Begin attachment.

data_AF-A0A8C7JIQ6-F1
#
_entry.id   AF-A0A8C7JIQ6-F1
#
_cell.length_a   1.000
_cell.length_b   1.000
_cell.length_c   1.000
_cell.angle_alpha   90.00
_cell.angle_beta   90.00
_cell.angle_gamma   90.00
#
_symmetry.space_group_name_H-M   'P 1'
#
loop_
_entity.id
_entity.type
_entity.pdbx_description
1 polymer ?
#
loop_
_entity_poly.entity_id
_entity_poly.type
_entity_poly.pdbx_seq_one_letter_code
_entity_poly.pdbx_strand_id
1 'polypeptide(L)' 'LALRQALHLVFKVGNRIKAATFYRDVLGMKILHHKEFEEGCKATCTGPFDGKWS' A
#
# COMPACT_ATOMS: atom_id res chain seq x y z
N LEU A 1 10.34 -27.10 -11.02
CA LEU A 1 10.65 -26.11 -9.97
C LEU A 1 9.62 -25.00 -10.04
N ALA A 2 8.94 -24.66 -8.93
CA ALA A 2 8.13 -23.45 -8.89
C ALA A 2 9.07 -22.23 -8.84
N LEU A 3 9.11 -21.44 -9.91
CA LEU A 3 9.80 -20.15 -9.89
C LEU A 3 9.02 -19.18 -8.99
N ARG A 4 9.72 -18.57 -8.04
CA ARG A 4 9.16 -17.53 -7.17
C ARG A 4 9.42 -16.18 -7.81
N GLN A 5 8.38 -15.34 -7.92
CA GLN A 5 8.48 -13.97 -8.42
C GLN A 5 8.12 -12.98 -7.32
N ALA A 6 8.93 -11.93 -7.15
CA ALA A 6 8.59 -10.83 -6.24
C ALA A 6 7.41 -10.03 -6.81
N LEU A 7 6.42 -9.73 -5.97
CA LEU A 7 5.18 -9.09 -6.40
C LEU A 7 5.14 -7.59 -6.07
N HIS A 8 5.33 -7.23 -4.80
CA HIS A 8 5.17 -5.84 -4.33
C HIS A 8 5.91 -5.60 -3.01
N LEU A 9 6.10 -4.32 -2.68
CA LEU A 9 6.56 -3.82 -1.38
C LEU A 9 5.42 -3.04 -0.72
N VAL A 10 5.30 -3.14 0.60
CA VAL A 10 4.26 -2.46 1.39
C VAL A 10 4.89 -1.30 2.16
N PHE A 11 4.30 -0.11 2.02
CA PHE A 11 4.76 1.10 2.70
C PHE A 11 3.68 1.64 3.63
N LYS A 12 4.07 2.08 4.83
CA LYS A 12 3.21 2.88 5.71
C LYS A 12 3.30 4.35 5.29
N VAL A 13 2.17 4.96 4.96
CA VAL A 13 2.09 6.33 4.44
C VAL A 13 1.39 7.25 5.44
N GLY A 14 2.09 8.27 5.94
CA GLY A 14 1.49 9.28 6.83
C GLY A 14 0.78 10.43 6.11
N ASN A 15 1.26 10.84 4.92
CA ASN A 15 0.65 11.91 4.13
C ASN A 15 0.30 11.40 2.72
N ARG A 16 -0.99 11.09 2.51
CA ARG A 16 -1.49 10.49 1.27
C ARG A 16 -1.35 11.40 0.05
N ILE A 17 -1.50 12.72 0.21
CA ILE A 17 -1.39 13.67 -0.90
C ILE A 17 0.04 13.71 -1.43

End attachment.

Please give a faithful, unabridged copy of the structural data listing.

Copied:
data_AF-A0A8C7JIQ6-F1
#
_entry.id   AF-A0A8C7JIQ6-F1
#
_cell.length_a   1.000
_cell.length_b   1.000
_cell.length_c   1.000
_cell.angle_alpha   90.00
_cell.angle_beta   90.00
_cell.angle_gamma   90.00
#
_symmetry.space_group_name_H-M   'P 1'
#
loop_
_entity.id
_entity.type
_entity.pdbx_description
1 polymer ?
#
loop_
_entity_poly.entity_id
_entity_poly.type
_entity_poly.pdbx_seq_one_letter_code
_entity_poly.pdbx_strand_id
1 'polypeptide(L)' 'LALRQALHLVFKVGNRIKAATFYRDVLGMKILHHKEFEEGCKATCTGPFDGKWS' A
#
# COMPACT_ATOMS: atom_id res chain seq x y z
N LEU A 1 10.34 -27.10 -11.02
CA LEU A 1 10.65 -26.11 -9.97
C LEU A 1 9.62 -25.00 -10.04
N ALA A 2 8.94 -24.66 -8.93
CA ALA A 2 8.13 -23.45 -8.89
C ALA A 2 9.07 -22.23 -8.84
N LEU A 3 9.11 -21.44 -9.91
CA LEU A 3 9.80 -20.15 -9.89
C LEU A 3 9.02 -19.18 -8.99
N ARG A 4 9.72 -18.57 -8.04
CA ARG A 4 9.16 -17.53 -7.17
C ARG A 4 9.42 -16.18 -7.81
N GLN A 5 8.38 -15.34 -7.92
CA GLN A 5 8.48 -13.97 -8.42
C GLN A 5 8.12 -12.98 -7.32
N ALA A 6 8.93 -11.93 -7.15
CA ALA A 6 8.59 -10.83 -6.24
C ALA A 6 7.41 -10.03 -6.81
N LEU A 7 6.42 -9.73 -5.97
CA LEU A 7 5.18 -9.09 -6.40
C LEU A 7 5.14 -7.59 -6.07
N HIS A 8 5.33 -7.23 -4.80
CA HIS A 8 5.17 -5.84 -4.33
C HIS A 8 5.91 -5.60 -3.01
N LEU A 9 6.10 -4.32 -2.68
CA LEU A 9 6.56 -3.82 -1.38
C LEU A 9 5.42 -3.04 -0.72
N VAL A 10 5.30 -3.14 0.60
CA VAL A 10 4.26 -2.46 1.39
C VAL A 10 4.89 -1.30 2.16
N PHE A 11 4.30 -0.11 2.02
CA PHE A 11 4.76 1.10 2.70
C PHE A 11 3.68 1.64 3.63
N LYS A 12 4.07 2.08 4.83
CA LYS A 12 3.21 2.88 5.71
C LYS A 12 3.30 4.35 5.29
N VAL A 13 2.17 4.96 4.96
CA VAL A 13 2.09 6.33 4.44
C VAL A 13 1.39 7.25 5.44
N GLY A 14 2.09 8.27 5.94
CA GLY A 14 1.49 9.28 6.83
C GLY A 14 0.78 10.43 6.11
N ASN A 15 1.26 10.84 4.92
CA ASN A 15 0.65 11.91 4.13
C ASN A 15 0.30 11.40 2.72
N ARG A 16 -0.99 11.09 2.51
CA ARG A 16 -1.49 10.49 1.27
C ARG A 16 -1.35 11.40 0.05
N ILE A 17 -1.50 12.72 0.21
CA ILE A 17 -1.39 13.67 -0.90
C ILE A 17 0.04 13.71 -1.43